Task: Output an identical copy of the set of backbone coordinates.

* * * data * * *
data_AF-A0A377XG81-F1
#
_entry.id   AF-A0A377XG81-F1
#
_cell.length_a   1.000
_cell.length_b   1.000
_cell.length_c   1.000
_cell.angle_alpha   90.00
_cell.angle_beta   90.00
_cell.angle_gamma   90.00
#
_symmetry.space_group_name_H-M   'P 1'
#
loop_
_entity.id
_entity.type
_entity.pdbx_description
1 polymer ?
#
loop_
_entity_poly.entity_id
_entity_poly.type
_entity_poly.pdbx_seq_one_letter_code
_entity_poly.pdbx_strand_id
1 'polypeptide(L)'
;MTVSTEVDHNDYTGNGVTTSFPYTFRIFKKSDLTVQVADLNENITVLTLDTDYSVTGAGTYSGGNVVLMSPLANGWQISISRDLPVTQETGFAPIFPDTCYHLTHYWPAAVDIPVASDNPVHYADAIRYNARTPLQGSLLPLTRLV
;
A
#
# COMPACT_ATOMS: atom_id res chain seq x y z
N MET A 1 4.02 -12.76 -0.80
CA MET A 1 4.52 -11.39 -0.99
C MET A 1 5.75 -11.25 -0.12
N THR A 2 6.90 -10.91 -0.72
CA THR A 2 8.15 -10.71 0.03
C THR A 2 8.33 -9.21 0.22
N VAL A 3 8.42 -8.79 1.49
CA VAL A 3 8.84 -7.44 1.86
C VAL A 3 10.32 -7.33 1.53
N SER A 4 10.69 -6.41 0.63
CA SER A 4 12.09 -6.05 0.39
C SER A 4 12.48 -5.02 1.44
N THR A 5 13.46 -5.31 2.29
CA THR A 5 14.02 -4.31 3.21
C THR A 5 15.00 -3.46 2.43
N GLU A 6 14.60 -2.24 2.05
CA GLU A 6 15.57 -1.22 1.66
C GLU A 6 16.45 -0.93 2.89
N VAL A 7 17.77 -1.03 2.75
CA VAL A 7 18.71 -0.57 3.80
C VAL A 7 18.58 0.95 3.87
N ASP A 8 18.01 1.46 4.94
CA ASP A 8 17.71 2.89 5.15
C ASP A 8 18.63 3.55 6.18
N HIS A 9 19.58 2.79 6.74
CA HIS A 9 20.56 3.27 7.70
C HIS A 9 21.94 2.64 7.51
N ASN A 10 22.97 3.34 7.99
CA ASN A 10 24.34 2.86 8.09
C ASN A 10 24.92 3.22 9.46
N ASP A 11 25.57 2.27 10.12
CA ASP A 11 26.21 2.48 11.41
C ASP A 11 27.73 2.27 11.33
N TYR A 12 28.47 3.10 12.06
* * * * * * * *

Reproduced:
data_AF-A0A377XG81-F1
#
_entry.id   AF-A0A377XG81-F1
#
_cell.length_a   1.000
_cell.length_b   1.000
_cell.length_c   1.000
_cell.angle_alpha   90.00
_cell.angle_beta   90.00
_cell.angle_gamma   90.00
#
_symmetry.space_group_name_H-M   'P 1'
#
loop_
_entity.id
_entity.type
_entity.pdbx_description
1 polymer ?
#
loop_
_entity_poly.entity_id
_entity_poly.type
_entity_poly.pdbx_seq_one_letter_code
_entity_poly.pdbx_strand_id
1 'polypeptide(L)'
;MTVSTEVDHNDYTGNGVTTSFPYTFRIFKKSDLTVQVADLNENITVLTLDTDYSVTGAGTYSGGNVVLMSPLANGWQISISRDLPVTQETGFAPIFPDTCYHLTHYWPAAVDIPVASDNPVHYADAIRYNARTPLQGSLLPLTRLV
;
A
#
# COMPACT_ATOMS: atom_id res chain seq x y z
N MET A 1 4.02 -12.76 -0.80
CA MET A 1 4.52 -11.39 -0.99
C MET A 1 5.75 -11.25 -0.12
N THR A 2 6.90 -10.91 -0.72
CA THR A 2 8.15 -10.71 0.03
C THR A 2 8.33 -9.21 0.22
N VAL A 3 8.42 -8.79 1.49
CA VAL A 3 8.84 -7.44 1.86
C VAL A 3 10.32 -7.33 1.53
N SER A 4 10.69 -6.41 0.63
CA SER A 4 12.09 -6.05 0.39
C SER A 4 12.48 -5.02 1.44
N THR A 5 13.46 -5.31 2.29
CA THR A 5 14.02 -4.31 3.21
C THR A 5 15.00 -3.46 2.43
N GLU A 6 14.60 -2.24 2.05
CA GLU A 6 15.57 -1.22 1.66
C GLU A 6 16.45 -0.93 2.89
N VAL A 7 17.77 -1.03 2.75
CA VAL A 7 18.71 -0.57 3.80
C VAL A 7 18.58 0.95 3.87
N ASP A 8 18.01 1.46 4.94
CA ASP A 8 17.71 2.89 5.15
C ASP A 8 18.63 3.55 6.18
N HIS A 9 19.58 2.79 6.74
CA HIS A 9 20.56 3.27 7.70
C HIS A 9 21.94 2.64 7.51
N ASN A 10 22.97 3.34 7.99
CA ASN A 10 24.34 2.86 8.09
C ASN A 10 24.92 3.22 9.46
N ASP A 11 25.57 2.27 10.12
CA ASP A 11 26.21 2.48 11.41
C ASP A 11 27.73 2.27 11.33
N TYR A 12 28.47 3.10 12.06